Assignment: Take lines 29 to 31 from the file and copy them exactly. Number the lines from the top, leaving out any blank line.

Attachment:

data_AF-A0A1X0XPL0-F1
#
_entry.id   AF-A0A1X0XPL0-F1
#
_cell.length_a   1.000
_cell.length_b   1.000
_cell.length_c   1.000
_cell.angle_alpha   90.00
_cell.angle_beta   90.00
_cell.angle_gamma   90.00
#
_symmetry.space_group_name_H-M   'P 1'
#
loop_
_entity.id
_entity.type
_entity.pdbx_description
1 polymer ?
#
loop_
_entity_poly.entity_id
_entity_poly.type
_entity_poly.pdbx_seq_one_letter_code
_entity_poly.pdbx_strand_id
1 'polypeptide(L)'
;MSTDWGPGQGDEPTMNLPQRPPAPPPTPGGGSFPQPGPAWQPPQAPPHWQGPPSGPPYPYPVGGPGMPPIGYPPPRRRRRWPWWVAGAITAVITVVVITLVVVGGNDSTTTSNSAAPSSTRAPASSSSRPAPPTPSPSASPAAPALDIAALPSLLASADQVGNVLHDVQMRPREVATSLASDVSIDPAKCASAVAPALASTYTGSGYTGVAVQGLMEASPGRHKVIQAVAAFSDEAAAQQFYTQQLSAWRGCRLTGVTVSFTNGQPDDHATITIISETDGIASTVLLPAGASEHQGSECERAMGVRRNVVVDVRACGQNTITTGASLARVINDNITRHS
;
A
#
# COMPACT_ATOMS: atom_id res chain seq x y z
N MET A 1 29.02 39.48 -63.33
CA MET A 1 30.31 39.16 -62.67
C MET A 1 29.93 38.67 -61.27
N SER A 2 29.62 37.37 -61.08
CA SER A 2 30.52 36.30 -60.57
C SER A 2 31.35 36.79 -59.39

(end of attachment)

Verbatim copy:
#
# COMPACT_ATOMS: atom_id res chain seq x y z
N MET A 1 29.02 39.48 -63.33